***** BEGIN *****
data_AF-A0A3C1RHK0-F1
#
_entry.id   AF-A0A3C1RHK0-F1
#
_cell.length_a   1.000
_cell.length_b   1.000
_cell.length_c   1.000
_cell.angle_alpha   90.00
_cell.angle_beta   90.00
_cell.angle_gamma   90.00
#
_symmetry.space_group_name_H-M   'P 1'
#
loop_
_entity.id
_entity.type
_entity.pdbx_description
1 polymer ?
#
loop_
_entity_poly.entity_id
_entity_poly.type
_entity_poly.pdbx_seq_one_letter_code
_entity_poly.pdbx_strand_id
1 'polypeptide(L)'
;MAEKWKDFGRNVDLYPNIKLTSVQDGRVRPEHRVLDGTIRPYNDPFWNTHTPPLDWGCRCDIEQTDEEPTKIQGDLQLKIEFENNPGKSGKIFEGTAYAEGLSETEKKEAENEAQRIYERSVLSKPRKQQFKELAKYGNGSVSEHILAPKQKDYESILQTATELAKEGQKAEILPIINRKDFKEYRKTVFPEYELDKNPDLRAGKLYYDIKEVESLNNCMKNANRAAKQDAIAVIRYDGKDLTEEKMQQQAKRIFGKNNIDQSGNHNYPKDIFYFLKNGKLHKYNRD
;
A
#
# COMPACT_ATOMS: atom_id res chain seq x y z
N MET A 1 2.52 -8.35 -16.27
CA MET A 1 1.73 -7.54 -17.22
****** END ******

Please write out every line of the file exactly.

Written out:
data_AF-A0A3C1RHK0-F1
#
_entry.id   AF-A0A3C1RHK0-F1
#
_cell.length_a   1.000
_cell.length_b   1.000
_cell.length_c   1.000
_cell.angle_alpha   90.00
_cell.angle_beta   90.00
_cell.angle_gamma   90.00
#
_symmetry.space_group_name_H-M   'P 1'
#
loop_
_entity.id
_entity.type
_entity.pdbx_description
1 polymer ?
#
loop_
_entity_poly.entity_id
_entity_poly.type
_entity_poly.pdbx_seq_one_letter_code
_entity_poly.pdbx_strand_id
1 'polypeptide(L)'
;MAEKWKDFGRNVDLYPNIKLTSVQDGRVRPEHRVLDGTIRPYNDPFWNTHTPPLDWGCRCDIEQTDEEPTKIQGDLQLKIEFENNPGKSGKIFEGTAYAEGLSETEKKEAENEAQRIYERSVLSKPRKQQFKELAKYGNGSVSEHILAPKQKDYESILQTATELAKEGQKAEILPIINRKDFKEYRKTVFPEYELDKNPDLRAGKLYYDIKEVESLNNCMKNANRAAKQDAIAVIRYDGKDLTEEKMQQQAKRIFGKNNIDQSGNHNYPKDIFYFLKNGKLHKYNRD
;
A
#
# COMPACT_ATOMS: atom_id res chain seq x y z
N MET A 1 2.52 -8.35 -16.27
CA MET A 1 1.73 -7.54 -17.22